or Pike. Hmm. We're having major security issues with Joomla, I wonder
how hard it'd be to convince our webmaster to switch to a Python-based
web framework...

Dreaming-ly yours,

ChrisA

wxjmfauth@gmail.com
Guest
Posts: n/a

 11-21-2012
Le mardi 20 novembre 2012 22:00:49 UTC+1, Chris Angelico a écrit*:
> On Wed, Nov 21, 2012 at 1:57 AM, <(E-Mail Removed)> wrote:
>

-----

> To the OP: jmf has an unnatural hatred of Python 3.3 and PEP 393
>
> strings.

No. Not at all. I'm mainly and deeply disappointed.

jmf

wxjmfauth@gmail.com
Guest
Posts: n/a

 11-21-2012
Le mardi 20 novembre 2012 22:00:49 UTC+1, Chris Angelico a écrit*:
> On Wed, Nov 21, 2012 at 1:57 AM, <(E-Mail Removed)> wrote:
>

-----

> To the OP: jmf has an unnatural hatred of Python 3.3 and PEP 393
>
> strings.

No. Not at all. I'm mainly and deeply disappointed.

jmf

Colin J. Williams
Guest
Posts: n/a

 11-21-2012
On 20/11/2012 4:00 PM, Chris Angelico wrote:
> On Wed, Nov 21, 2012 at 1:57 AM, <(E-Mail Removed)> wrote:
>> Le mardi 20 novembre 2012 09:09:50 UTC+1, Chris Angelico a écrit :
>>> On Tue, Nov 20, 2012 at 7:02 PM, Pavel Solin <(E-Mail Removed)> wrote:
>>>
>>>> Perhaps you are right. Is there any statistics of how many Python
>>>
>>>> programmers are using 2.7 vs. 3? Most of people I know use 2.7.
>>>
>>>
>>>
>>> If you're teaching Python, the stats are probably about zero for zero.
>>>
>>> Start them off on Py3 and help move the world forward.
>>>
>>>
>>>
>>> ChrisA

>>
>> --------
>>
>> Do not count with me.
>>
>> The absurd flexible string representation has practically
>> borrowed the idea to propose once Python has a teaching tool.

>
> To the OP: jmf has an unnatural hatred of Python 3.3 and PEP 393
> strings. Take no notice; the rest of the world sees this as a huge
> advantage. Python is now in a VERY small group of languages (I'm aware
> of just one other) that have absolutely proper Unicode handling *and*
> efficient string handling.
>
> ChrisA
>

It's interesting to see that someone else finds the format function to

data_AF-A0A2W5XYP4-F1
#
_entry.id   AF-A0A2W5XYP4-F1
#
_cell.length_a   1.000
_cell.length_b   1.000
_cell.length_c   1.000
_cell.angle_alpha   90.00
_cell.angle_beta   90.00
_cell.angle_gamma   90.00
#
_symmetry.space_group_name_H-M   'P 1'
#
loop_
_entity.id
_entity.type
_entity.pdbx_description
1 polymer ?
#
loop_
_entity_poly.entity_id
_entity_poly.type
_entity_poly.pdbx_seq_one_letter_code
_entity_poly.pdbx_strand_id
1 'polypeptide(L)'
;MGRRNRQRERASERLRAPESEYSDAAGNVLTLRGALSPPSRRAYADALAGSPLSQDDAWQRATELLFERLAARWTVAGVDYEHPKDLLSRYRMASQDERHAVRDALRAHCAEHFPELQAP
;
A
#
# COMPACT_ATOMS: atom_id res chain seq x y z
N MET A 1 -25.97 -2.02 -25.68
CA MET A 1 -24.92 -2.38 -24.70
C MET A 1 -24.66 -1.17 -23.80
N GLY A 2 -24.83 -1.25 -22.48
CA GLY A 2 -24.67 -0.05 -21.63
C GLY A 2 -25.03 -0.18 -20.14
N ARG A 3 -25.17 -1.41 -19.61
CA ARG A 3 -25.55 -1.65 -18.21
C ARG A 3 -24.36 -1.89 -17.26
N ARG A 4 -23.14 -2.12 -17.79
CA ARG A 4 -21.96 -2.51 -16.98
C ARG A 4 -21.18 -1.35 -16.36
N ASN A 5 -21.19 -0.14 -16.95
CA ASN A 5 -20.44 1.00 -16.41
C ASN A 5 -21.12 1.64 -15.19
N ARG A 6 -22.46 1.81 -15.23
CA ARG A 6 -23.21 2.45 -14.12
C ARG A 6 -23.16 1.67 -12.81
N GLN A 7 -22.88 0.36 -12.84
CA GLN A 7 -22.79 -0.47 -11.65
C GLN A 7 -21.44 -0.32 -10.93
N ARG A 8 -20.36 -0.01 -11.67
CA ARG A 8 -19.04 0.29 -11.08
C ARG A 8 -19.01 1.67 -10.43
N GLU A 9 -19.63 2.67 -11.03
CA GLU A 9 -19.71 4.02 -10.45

be a pain. Perhaps the problem lies with the documentation.

Colin W.

Dave Angel
Guest
Posts: n/a

 11-21-2012
On 11/21/2012 05:17 PM, Chris Angelico wrote:
> <snip>
>
>
> That said, though, I'm just glad that %-formatting is staying. It's an
> extremely expressive string formatting method, and exists in many
> languages (thanks to C's heritage). Pike's version is insanely
> powerful, Python's is more like C's, but all three are compact and
> convenient.
>
> str.format(), on the other hand, is flexible. It strikes me as rather
> more complicated than a string formatting function needs to be, but
> that may be a cost of its flexibility.
>
>

Some don't realize that one very powerful use for the .format style of
working is that it makes localization much more straightforward. With
the curly brace approach, one can translate the format string into
another language, and if the parameters have to be substituted in
another order, it's all in one place.

Twenty years ago, I implemented such a thing for our product (C++), for
just that reason. I'm sure that by now, the libraries exist somewhere
in the C++ stdlibs, or at least in Boost.

--

DaveA

Ian Kelly
Guest
Posts: n/a

 11-21-2012
On Wed, Nov 21, 2012 at 3:58 PM, Dave Angel <(E-Mail Removed)> wrote:
> Some don't realize that one very powerful use for the .format style of
> working is that it makes localization much more straightforward. With
> the curly brace approach, one can translate the format string into
> another language, and if the parameters have to be substituted in
> another order, it's all in one place.

It only matters with positional placeholders, though. You can achieve
the same thing using named placeholders, which both major formatting
styles support.